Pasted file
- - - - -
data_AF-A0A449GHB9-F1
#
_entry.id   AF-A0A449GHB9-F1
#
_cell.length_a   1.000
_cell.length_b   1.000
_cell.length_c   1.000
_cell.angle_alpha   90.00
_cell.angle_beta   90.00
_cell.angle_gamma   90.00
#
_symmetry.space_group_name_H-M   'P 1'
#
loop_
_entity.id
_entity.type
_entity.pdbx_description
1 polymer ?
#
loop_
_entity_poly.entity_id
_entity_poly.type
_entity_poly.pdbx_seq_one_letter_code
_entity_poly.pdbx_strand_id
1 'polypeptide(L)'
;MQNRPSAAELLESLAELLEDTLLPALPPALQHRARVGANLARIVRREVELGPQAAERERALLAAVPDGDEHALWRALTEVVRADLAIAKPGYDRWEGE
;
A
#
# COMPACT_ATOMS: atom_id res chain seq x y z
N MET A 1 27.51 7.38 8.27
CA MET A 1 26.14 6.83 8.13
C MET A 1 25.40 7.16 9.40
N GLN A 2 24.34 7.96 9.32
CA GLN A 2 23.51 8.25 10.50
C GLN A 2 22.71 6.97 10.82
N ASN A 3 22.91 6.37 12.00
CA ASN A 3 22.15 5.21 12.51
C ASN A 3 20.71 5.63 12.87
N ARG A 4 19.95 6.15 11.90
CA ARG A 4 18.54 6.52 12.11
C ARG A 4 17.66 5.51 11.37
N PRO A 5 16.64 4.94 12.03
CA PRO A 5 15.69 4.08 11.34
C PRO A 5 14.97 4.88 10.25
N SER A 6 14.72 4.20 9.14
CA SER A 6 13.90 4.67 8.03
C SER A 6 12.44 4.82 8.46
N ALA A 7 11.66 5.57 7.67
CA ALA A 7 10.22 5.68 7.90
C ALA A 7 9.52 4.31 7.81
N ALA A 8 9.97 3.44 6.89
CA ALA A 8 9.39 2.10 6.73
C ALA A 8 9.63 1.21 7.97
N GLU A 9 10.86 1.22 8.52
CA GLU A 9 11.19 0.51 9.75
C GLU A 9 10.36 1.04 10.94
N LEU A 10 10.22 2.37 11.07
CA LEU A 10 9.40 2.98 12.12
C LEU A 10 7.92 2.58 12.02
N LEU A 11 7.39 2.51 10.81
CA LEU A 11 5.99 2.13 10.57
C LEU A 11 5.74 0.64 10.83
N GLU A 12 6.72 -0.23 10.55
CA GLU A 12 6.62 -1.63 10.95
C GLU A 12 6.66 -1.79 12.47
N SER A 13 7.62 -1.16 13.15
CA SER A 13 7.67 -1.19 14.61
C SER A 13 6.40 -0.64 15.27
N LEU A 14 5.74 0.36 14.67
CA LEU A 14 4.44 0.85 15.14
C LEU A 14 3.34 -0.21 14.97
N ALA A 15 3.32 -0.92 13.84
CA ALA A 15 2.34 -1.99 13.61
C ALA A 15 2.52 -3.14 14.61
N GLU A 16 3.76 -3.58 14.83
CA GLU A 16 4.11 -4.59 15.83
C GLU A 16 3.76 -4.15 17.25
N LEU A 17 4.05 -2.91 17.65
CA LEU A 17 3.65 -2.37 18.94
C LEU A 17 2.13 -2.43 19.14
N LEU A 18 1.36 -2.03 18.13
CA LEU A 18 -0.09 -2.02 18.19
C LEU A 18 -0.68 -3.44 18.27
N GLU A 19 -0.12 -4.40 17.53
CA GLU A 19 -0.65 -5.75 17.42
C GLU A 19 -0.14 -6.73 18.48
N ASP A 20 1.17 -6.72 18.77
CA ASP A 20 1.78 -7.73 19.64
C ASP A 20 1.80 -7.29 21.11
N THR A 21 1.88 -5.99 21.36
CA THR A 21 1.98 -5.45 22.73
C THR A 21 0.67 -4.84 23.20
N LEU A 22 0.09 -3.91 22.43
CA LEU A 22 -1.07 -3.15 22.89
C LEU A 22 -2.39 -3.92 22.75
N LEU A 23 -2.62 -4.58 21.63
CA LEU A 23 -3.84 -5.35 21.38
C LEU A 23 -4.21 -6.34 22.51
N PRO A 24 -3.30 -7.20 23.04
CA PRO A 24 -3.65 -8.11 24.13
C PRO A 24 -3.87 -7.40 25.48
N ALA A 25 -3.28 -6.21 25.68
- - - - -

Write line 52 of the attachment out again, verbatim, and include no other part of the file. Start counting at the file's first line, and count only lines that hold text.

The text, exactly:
N ALA A 8 9.97 3.44 6.89